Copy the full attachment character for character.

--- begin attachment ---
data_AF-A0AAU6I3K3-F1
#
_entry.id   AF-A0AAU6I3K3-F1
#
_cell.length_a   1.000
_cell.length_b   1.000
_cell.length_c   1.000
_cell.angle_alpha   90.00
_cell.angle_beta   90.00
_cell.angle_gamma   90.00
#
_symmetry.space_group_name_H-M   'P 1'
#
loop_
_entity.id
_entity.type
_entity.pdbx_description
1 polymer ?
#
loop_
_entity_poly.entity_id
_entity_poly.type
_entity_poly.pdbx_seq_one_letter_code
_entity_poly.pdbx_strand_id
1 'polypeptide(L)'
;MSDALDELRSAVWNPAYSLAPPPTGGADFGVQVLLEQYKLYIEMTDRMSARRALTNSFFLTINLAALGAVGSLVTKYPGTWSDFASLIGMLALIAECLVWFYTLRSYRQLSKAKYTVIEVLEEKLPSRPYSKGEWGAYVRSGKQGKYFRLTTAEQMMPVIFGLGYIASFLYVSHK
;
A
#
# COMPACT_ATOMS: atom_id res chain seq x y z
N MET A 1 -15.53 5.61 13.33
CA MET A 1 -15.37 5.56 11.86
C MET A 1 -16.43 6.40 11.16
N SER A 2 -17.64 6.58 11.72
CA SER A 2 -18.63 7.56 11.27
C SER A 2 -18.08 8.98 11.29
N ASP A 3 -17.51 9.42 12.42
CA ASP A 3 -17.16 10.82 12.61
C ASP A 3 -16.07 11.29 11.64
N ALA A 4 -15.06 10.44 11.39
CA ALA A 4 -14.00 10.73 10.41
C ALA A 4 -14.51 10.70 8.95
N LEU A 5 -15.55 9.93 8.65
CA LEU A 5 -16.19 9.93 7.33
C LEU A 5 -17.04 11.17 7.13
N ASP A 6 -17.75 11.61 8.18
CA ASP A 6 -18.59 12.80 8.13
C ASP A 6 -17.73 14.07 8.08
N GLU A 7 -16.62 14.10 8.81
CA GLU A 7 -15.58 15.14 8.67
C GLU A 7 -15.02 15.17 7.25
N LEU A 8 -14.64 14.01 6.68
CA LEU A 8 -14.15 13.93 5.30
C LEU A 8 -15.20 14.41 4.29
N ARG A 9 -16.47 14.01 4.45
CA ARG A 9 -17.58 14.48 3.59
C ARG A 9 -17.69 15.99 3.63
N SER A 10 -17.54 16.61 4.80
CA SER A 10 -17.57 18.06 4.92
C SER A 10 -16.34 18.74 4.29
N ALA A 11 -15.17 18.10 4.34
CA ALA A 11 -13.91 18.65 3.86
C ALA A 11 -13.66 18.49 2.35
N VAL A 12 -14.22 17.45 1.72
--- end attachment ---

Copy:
data_AF-A0AAU6I3K3-F1
#
_entry.id   AF-A0AAU6I3K3-F1
#
_cell.length_a   1.000
_cell.length_b   1.000
_cell.length_c   1.000
_cell.angle_alpha   90.00
_cell.angle_beta   90.00
_cell.angle_gamma   90.00
#
_symmetry.space_group_name_H-M   'P 1'
#
loop_
_entity.id
_entity.type
_entity.pdbx_description
1 polymer ?
#
loop_
_entity_poly.entity_id
_entity_poly.type
_entity_poly.pdbx_seq_one_letter_code
_entity_poly.pdbx_strand_id
1 'polypeptide(L)'
;MSDALDELRSAVWNPAYSLAPPPTGGADFGVQVLLEQYKLYIEMTDRMSARRALTNSFFLTINLAALGAVGSLVTKYPGTWSDFASLIGMLALIAECLVWFYTLRSYRQLSKAKYTVIEVLEEKLPSRPYSKGEWGAYVRSGKQGKYFRLTTAEQMMPVIFGLGYIASFLYVSHK
;
A
#
# COMPACT_ATOMS: atom_id res chain seq x y z
N MET A 1 -15.53 5.61 13.33
CA MET A 1 -15.37 5.56 11.86
C MET A 1 -16.43 6.40 11.16
N SER A 2 -17.64 6.58 11.72
CA SER A 2 -18.63 7.56 11.27
C SER A 2 -18.08 8.98 11.29
N ASP A 3 -17.51 9.42 12.42
CA ASP A 3 -17.16 10.82 12.61
C ASP A 3 -16.07 11.29 11.64
N ALA A 4 -15.06 10.44 11.39
CA ALA A 4 -14.00 10.73 10.41
C ALA A 4 -14.51 10.70 8.95
N LEU A 5 -15.55 9.93 8.65
CA LEU A 5 -16.19 9.93 7.33
C LEU A 5 -17.04 11.17 7.13
N ASP A 6 -17.75 11.61 8.18
CA ASP A 6 -18.59 12.80 8.13
C ASP A 6 -17.73 14.07 8.08
N GLU A 7 -16.62 14.10 8.81
CA GLU A 7 -15.58 15.14 8.67
C GLU A 7 -15.02 15.17 7.25
N LEU A 8 -14.64 14.01 6.68
CA LEU A 8 -14.15 13.93 5.30
C LEU A 8 -15.20 14.41 4.29
N ARG A 9 -16.47 14.01 4.45
CA ARG A 9 -17.58 14.48 3.59
C ARG A 9 -17.69 15.99 3.63
N SER A 10 -17.54 16.61 4.80
CA SER A 10 -17.57 18.06 4.92
C SER A 10 -16.34 18.74 4.29
N ALA A 11 -15.17 18.10 4.34
CA ALA A 11 -13.91 18.65 3.86
C ALA A 11 -13.66 18.49 2.35
N VAL A 12 -14.22 17.45 1.72